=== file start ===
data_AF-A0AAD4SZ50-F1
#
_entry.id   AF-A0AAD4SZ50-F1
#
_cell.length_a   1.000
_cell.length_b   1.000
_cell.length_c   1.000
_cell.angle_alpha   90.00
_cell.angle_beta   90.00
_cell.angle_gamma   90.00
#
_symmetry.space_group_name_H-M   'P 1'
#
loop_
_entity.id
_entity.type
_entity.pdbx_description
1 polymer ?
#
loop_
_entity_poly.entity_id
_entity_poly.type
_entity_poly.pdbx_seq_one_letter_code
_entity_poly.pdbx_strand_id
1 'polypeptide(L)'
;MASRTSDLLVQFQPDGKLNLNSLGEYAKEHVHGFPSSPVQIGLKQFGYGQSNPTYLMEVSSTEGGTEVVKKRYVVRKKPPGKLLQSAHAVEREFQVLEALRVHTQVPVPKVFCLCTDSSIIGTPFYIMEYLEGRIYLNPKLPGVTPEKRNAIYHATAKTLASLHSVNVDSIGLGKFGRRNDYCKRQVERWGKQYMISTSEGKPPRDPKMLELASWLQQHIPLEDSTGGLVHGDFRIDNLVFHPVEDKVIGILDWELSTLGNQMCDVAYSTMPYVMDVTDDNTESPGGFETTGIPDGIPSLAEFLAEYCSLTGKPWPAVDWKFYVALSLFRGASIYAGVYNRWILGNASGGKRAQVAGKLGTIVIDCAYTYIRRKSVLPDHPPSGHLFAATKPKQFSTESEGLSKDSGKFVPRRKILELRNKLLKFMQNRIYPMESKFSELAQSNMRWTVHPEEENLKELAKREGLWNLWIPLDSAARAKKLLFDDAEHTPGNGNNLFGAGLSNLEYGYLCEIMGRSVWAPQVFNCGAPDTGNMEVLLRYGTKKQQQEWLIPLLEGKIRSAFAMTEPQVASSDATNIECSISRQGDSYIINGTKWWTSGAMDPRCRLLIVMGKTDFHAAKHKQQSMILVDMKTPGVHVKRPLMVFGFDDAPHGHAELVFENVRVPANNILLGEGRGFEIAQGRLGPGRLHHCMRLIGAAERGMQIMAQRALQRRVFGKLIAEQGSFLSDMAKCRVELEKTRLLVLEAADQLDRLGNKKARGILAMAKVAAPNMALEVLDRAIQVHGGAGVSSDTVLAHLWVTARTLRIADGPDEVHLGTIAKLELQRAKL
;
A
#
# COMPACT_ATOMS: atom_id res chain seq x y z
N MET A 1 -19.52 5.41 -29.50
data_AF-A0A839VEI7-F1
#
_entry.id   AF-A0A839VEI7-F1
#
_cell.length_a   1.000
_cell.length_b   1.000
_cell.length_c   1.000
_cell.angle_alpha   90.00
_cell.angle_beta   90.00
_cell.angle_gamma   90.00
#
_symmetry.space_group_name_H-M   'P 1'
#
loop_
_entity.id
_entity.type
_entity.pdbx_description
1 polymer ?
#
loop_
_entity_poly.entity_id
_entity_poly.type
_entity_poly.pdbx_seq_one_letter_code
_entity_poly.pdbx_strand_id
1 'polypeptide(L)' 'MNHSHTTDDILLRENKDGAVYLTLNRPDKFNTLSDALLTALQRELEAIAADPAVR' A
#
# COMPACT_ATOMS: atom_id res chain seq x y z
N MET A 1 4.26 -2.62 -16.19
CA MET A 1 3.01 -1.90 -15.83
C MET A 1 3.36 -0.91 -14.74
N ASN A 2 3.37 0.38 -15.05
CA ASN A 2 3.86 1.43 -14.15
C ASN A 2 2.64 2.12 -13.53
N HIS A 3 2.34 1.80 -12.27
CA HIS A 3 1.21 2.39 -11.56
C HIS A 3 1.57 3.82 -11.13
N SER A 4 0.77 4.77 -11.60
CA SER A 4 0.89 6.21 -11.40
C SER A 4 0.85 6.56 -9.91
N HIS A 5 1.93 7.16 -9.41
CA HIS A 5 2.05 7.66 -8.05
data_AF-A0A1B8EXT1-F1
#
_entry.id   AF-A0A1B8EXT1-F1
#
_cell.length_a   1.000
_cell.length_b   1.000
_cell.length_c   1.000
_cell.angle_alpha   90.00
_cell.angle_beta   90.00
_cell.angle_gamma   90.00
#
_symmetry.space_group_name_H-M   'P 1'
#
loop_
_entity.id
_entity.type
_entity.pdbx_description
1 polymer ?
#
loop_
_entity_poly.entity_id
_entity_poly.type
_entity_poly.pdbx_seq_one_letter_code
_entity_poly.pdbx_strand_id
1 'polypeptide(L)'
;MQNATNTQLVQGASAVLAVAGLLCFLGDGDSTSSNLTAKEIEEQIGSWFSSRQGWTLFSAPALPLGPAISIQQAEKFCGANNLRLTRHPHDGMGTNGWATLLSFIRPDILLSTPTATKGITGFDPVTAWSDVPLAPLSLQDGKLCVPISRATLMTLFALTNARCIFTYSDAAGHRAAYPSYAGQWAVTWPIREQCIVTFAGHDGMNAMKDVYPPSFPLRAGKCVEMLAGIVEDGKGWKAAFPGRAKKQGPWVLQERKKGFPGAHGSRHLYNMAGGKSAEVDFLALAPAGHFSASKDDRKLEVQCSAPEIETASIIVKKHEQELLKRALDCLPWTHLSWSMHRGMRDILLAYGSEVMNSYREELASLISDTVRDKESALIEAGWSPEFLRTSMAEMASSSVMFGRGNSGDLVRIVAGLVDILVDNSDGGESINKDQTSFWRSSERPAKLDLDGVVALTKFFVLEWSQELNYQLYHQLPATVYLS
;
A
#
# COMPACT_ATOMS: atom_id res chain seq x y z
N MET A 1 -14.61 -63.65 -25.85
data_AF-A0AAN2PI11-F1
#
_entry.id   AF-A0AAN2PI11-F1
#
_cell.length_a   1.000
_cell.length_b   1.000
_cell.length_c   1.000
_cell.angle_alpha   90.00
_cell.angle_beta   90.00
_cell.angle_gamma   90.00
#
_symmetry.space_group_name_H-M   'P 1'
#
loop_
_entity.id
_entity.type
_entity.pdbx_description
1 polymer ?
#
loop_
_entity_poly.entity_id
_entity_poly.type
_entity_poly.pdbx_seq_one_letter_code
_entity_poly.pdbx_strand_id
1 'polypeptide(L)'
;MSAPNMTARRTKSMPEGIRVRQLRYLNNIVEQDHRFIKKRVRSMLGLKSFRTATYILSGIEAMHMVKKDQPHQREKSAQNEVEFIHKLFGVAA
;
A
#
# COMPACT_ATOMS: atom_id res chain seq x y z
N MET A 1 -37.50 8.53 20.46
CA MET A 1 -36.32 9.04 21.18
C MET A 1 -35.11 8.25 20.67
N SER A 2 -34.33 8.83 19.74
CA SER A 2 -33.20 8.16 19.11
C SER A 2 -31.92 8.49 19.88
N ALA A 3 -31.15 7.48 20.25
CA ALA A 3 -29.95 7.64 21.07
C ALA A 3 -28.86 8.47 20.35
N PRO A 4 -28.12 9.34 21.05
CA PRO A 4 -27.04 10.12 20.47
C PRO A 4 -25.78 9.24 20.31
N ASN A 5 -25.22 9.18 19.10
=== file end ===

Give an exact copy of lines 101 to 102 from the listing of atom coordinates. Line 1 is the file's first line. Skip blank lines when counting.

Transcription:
#
# COMPACT_ATOMS: atom_id res chain seq x y z